If you've heard of invoice factoring in the past, you might be surprised to find that the industry has gained a good reputation in recent times. Rather than being considered as a "last resort", factoring has become the go-to form of funding for many small businesses. In fact, some companies have decided to use factoring rather than applying for traditional sources of financing such as small business loans.
The Use of Factoring in Modern Business Funding
One of the reasons factoring has grown in popularity has to do with the tightening of most lending requirements. Small business owners, in particular, may have a difficult time getting their loan requests approved. This is especially true if you've recently opened your company's doors or if your personal credit is less than satisfactory. With invoice factoring, though, you can avoid many of these challenges altogether, since factoring doesn't require a credit check or proof of a profitable bottom line.
Why Factoring Can Help You Focus on Your Business
Factoring often appeals to small business owners because it offers a quick way to increase cash flow. However, one of the lesser mentioned benefits of factoring has to do with accounts receivables. When you factor your invoices, you are selling not only the invoice value, but the responsibility for collecting payments. This means that you are basically outsourcing the typical accounts receivable duties to the factor.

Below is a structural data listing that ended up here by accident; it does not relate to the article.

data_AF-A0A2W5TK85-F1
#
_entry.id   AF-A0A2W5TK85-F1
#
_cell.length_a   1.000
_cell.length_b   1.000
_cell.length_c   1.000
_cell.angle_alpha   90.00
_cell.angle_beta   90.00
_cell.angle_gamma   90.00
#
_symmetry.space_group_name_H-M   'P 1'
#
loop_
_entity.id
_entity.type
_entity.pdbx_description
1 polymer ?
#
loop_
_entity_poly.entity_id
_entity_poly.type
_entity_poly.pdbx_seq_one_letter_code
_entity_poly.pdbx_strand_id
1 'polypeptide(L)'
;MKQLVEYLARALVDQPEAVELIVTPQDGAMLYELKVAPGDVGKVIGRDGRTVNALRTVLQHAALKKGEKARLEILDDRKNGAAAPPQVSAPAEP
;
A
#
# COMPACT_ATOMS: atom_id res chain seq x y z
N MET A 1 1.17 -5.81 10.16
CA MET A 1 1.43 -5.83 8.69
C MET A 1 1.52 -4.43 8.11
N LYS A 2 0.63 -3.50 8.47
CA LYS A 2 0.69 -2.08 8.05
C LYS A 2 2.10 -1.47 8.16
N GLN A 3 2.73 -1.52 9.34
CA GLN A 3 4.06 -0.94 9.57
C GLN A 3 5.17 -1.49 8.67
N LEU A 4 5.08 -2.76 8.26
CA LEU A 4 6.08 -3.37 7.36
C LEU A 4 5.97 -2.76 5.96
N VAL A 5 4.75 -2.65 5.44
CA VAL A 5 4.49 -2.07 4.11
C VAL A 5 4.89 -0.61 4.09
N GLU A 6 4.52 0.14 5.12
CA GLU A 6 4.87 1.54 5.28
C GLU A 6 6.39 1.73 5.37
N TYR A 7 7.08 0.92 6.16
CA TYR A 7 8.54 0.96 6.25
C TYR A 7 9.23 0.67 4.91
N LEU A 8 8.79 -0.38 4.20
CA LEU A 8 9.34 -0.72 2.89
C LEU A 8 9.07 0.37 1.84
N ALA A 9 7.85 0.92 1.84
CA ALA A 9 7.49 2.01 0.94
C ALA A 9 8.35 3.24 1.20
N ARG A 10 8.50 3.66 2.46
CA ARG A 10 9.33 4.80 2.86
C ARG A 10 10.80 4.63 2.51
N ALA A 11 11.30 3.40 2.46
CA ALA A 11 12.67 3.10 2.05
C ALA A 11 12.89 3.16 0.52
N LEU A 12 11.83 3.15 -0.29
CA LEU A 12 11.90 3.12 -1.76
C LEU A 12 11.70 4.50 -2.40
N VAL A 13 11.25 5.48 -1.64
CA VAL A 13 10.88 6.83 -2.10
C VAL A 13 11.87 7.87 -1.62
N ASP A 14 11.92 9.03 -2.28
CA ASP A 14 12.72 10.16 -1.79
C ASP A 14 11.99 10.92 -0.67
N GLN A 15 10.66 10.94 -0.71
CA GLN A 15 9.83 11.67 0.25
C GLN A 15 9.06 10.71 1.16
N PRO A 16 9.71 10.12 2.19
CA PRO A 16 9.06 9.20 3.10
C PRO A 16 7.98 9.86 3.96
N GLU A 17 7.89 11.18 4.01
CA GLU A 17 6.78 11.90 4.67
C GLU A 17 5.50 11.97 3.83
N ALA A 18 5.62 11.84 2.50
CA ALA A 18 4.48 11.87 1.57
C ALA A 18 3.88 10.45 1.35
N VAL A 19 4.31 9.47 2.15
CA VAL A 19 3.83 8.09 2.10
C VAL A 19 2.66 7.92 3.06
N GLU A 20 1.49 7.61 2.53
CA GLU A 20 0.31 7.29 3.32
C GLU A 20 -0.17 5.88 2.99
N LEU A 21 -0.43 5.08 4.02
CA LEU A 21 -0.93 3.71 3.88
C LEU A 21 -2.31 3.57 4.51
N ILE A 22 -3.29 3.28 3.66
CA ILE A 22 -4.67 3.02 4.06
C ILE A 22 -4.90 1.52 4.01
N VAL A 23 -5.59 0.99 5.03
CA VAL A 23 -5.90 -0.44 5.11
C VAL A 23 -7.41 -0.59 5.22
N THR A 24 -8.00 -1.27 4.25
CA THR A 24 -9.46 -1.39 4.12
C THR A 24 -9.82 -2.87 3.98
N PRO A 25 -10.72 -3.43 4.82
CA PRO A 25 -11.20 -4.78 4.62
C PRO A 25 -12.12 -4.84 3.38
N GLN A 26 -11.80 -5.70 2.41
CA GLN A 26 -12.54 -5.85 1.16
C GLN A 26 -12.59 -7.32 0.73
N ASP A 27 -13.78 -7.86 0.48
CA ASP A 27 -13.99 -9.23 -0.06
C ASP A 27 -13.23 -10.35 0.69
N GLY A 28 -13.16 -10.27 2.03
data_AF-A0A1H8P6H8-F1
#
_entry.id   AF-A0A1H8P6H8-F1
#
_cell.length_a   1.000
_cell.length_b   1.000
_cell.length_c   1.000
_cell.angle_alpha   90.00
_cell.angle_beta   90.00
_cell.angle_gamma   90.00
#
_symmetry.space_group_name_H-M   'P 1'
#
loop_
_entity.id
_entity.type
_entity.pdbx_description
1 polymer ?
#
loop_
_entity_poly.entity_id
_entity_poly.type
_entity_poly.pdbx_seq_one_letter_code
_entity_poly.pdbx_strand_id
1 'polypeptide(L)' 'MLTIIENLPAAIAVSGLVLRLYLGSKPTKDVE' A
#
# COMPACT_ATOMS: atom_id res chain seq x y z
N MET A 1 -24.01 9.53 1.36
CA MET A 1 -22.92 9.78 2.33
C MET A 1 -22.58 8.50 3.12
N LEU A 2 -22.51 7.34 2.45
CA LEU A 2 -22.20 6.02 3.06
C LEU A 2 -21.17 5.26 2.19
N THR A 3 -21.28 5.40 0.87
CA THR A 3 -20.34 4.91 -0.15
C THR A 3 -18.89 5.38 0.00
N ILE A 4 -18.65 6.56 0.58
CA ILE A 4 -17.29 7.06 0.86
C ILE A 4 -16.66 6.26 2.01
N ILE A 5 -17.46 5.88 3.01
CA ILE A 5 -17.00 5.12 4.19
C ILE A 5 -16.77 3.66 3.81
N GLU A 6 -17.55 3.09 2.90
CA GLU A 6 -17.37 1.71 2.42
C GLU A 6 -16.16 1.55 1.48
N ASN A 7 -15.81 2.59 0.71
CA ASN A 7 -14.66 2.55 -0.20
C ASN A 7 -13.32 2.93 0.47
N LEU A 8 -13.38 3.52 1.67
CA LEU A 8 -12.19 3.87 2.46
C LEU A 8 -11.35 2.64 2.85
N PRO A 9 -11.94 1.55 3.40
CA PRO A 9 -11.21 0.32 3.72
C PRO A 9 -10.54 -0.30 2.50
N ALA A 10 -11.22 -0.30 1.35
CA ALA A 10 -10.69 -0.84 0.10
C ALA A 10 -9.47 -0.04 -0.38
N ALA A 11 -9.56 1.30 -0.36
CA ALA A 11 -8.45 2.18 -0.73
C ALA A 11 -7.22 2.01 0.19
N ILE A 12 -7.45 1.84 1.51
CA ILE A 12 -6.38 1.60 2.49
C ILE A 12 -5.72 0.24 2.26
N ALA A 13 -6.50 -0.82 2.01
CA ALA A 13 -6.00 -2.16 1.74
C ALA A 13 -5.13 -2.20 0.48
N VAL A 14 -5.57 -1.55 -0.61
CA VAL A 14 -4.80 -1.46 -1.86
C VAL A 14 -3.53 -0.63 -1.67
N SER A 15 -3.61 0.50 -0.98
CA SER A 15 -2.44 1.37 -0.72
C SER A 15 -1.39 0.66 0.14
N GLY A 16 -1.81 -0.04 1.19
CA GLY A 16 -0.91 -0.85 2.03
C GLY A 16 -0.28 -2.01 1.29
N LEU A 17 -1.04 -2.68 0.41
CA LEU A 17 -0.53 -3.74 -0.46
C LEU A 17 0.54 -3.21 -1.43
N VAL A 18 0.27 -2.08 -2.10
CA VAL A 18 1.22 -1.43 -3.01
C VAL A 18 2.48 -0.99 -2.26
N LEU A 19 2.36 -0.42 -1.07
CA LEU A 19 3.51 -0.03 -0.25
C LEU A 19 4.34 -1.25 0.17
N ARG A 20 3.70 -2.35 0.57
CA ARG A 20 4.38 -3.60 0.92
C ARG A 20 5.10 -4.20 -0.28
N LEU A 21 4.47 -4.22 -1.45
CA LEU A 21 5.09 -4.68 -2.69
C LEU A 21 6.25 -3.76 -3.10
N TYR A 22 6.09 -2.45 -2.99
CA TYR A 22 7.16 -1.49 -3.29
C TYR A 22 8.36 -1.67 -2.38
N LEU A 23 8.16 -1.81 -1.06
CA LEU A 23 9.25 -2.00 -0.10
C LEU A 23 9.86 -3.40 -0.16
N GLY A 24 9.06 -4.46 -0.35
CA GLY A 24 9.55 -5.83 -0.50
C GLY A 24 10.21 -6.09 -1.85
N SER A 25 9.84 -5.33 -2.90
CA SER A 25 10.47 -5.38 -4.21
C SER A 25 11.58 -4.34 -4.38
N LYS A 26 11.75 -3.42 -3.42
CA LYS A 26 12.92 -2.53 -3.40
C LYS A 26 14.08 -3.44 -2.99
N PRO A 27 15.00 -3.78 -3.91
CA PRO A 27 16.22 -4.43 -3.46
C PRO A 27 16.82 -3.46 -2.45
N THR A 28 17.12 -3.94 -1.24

The great thing about this part of factoring is that you're unloading the usual recordkeeping, collection duties, and customer service that you'd normally have to perform yourself. Depending on the number of invoices you factor, this can save you a considerable amount of time in the course of your typical business day. Instead of spending so much time working on your outstanding invoices, you can invest that time into increasing your marketing efforts or expanding your business.
What If Your Client Defaults?
A major concern with factoring, though, is what may happen if your client never pays the invoice off. If you go through the traditional factoring route, you may find that you're liable for repaying the advance to the factor company. This is one reason why it is so important to read the fine print of your factoring contract. Typically, if you're able to get a contract that carries a very low transaction fee, then you're probably assuming responsibility for a defaulting customer.
If you're willing to pay a few more percentage points in fees, though, you could request a non-recourse factoring contract. This agreement absolves you of responsibility if the customer doesn't pay his or her invoice. In this way, you can enjoy the benefits of factoring and assume none of the risks.
Invoice factoring may be just what you've been looking for to help your small business get access to fast cash. Since you won't have to take on additional debt, you can increase funding without overloading your balance sheet.